The Daily Gamecock

Housing rates steadily rise

On-campus residency cost has increased $900 since 2007


The average annual rate students pay for on-campus housing has increased by $900, or 21 percent, in the past five years, according to data provided by USC Housing.

From 2007 to the present, average annual rates have increased from $4,388 to $5,288. The average annual rate for lower-cost traditional housing — double rooms with at least one common bathroom on each floor — increased $690, or 20 percent, during that time.

Increasing on-campus housing rates is a trend across many universities that has affected students already paying steadily rising tuition. Many students cite high costs as their reason for moving off USC’s campus after their mandatory first year. Freshmen are required to live on campus because studies have shown it increases academic success and retention rates.

Gene Luna, associate vice president for student affairs and academic development, said the increasing costs outpace the 2 percent inflation rate primarily because Housing is increasing academic support for residents and paying for work on buildings. Another reason for the increase he cited was USC’s plan to replace the cheaper traditional-style residence halls with more popular suite-style residence halls.

The university currently has five traditional-style dormitories and eight suite-style residence halls. But USC’s $200 million long-term housing plan includes demolishing three of those traditional-style halls: Bates House, McBryde and the Roost.

Data have showed how the transition to suites has increased costs. In 2009, average housing rates increased 6 percent when the suite-style Honors Residence Hall opened. Honors currently charges $5,640 annually for its double rooms, compared to traditional-style residence halls, which charge $4,140.

This year, housing rates jumped 4.6 percent due in large part to Patterson Hall’s transition from a traditional to suite-style dormitory. When Patterson closed in spring 2010, it cost $4,320 a year for residents. When it reopened this fall, it began charging $5,640 a year.

But according to Luna, housing’s research shows students want to live in suites despite the extra costs.

“If we do good market research, and we listen to the Carolina students, we would eliminate all traditional-style housing because students don’t want that,” Luna said.

Luna estimated only 20 percent of on-campus housing is still traditional, compared to 65 percent 15 years ago. He said $250 million has been invested in that time on the transition to more suites and apartments.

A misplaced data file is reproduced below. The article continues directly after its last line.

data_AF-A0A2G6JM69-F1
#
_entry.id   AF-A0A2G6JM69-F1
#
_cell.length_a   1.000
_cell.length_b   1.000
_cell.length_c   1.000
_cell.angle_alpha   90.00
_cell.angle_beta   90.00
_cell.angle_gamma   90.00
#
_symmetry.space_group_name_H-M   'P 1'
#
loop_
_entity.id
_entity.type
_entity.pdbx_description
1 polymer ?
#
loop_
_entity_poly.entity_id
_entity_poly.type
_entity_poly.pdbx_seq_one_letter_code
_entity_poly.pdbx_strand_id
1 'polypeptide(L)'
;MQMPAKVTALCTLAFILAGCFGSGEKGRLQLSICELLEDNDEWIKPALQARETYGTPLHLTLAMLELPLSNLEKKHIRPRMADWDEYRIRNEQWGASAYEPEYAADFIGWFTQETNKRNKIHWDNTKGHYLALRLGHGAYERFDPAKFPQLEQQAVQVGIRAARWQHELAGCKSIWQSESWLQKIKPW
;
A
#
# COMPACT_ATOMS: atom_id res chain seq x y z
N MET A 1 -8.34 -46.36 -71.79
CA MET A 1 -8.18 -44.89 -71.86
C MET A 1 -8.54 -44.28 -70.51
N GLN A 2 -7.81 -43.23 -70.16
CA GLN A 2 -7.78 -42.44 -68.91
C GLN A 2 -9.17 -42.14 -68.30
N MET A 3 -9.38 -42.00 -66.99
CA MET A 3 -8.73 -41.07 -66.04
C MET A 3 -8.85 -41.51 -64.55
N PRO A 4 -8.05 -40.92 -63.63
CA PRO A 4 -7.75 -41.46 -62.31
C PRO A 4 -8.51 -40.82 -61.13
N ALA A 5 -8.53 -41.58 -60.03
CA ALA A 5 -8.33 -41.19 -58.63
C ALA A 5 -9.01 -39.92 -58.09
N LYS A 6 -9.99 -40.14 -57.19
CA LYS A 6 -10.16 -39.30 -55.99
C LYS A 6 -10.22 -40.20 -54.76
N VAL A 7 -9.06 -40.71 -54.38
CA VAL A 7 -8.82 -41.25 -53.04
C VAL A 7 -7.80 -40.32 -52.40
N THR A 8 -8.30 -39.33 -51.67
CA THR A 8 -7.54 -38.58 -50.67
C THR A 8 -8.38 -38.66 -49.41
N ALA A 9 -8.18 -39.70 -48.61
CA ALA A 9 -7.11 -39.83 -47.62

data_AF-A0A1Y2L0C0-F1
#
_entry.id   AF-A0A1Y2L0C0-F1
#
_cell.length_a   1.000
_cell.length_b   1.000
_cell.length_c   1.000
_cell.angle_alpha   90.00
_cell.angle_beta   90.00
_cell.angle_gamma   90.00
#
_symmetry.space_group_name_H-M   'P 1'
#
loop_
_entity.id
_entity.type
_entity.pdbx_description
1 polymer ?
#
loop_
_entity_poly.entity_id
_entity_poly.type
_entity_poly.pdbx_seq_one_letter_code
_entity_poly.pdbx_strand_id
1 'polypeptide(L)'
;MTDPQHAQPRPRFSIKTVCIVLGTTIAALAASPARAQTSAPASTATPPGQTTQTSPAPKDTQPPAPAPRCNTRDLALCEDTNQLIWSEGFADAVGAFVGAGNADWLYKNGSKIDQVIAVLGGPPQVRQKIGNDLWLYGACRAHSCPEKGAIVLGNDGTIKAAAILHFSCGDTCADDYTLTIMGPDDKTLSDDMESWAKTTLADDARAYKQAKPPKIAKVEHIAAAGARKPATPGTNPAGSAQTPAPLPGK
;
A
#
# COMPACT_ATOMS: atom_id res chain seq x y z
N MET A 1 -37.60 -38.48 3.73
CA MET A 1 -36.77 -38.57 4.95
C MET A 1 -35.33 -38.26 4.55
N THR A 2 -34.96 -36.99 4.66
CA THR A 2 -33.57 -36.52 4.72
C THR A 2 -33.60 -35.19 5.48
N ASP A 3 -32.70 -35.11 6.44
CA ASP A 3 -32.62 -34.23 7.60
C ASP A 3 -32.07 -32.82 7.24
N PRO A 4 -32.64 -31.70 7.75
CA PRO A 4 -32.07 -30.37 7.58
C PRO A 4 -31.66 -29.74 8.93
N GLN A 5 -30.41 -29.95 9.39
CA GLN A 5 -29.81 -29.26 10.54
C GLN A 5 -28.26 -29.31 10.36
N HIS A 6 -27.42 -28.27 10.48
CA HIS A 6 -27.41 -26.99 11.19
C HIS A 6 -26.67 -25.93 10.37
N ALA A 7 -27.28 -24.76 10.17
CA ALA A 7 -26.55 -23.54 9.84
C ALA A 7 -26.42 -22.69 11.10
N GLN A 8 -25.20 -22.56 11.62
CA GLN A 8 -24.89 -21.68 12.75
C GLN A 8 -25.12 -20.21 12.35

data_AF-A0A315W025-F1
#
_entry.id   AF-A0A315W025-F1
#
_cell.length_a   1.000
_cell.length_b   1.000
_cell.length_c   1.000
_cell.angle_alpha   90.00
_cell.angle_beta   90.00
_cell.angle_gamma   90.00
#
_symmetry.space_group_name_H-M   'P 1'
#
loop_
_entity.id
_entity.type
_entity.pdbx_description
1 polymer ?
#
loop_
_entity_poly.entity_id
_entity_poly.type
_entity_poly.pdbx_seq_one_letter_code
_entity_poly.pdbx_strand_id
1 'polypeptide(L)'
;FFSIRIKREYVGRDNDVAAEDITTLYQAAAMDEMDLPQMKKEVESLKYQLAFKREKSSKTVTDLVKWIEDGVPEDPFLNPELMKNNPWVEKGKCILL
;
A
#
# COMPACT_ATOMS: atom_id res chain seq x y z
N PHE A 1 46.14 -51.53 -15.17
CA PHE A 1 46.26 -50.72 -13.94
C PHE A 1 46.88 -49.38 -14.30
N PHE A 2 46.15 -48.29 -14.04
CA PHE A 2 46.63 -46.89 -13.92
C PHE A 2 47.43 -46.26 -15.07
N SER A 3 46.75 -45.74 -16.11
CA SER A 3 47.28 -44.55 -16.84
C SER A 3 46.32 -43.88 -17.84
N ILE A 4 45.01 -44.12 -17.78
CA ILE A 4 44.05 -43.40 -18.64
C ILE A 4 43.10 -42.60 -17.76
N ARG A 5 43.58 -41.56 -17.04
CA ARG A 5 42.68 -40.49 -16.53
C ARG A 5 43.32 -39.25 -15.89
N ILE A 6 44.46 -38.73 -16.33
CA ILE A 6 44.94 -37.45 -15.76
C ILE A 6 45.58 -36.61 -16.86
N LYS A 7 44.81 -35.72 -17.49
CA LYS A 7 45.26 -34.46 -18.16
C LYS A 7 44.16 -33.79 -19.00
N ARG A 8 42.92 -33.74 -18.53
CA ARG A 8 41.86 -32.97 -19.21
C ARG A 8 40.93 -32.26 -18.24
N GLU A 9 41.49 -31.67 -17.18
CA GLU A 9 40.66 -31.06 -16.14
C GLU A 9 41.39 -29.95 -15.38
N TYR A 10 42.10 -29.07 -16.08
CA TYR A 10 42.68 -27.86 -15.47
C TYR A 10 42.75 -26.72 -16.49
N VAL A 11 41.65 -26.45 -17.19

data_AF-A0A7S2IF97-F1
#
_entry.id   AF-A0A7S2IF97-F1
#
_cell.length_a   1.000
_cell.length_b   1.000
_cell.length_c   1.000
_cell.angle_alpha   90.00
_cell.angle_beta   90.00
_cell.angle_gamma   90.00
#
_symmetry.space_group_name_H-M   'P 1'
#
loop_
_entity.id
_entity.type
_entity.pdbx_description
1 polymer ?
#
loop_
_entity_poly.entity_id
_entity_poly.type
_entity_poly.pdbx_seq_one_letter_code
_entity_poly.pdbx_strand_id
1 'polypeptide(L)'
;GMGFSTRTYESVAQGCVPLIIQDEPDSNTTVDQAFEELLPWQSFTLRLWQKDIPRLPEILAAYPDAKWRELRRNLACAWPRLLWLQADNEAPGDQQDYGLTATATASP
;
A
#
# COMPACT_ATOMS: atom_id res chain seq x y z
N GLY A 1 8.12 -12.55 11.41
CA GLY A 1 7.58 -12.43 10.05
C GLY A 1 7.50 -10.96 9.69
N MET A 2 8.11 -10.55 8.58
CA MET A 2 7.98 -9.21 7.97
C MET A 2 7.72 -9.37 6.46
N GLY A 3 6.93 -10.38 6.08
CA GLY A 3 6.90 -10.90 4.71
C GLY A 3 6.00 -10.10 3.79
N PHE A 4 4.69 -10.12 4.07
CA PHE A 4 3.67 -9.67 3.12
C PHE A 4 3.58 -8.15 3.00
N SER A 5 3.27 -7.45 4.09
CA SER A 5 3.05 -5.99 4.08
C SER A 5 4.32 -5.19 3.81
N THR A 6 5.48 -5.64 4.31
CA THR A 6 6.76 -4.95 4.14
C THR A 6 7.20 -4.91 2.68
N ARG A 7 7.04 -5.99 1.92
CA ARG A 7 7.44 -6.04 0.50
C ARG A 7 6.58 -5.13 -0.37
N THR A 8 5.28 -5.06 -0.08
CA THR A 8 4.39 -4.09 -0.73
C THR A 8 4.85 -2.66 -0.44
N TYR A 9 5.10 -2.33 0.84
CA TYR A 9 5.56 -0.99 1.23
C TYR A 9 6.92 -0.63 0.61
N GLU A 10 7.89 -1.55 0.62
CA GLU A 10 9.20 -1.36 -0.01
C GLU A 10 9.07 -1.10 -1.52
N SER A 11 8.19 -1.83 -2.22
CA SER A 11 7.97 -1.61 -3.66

“We built our first new housing on campus after I got here, which was South Quad,” Luna said. “It was clearly going to be the most expensive housing on campus, and I was very concerned that it might separate our students, and the reality of it is that it didn’t. The demographics there were similar to demographics across campus.”

USC’s housing rates are comparable to those of other SEC institutions. Auburn University’s cheapest annual housing rates increased from $3,380 to $4,090 in the past five years — like USC, an upswing of roughly 21 percent. According to Kim Trupp, Auburn’s housing director, the average rates at Auburn also jumped substantially due to the completion of new residence halls. All of Auburn’s housing options are now suite-style.

The cheapest traditional housing rates at Clemson, a non-SEC school, increased from $3,190 to $4,320, a 35 percent uptick, in the past five years. Doug Hallenbeck, Clemson’s executive director of housing, said the increase was due to normal inflation plus building expenses.

Luna said numerous universities are increasing rates to pay for updating or building new residence halls. He said campuses are aging because many buildings were constructed during the 1930s and 1940s due to federal stimulus and during the 1960s due to population increases. Luna said USC’s housing rates have consistently been in the lowest third or quarter among SEC universities, and complimented the university on keeping rates low.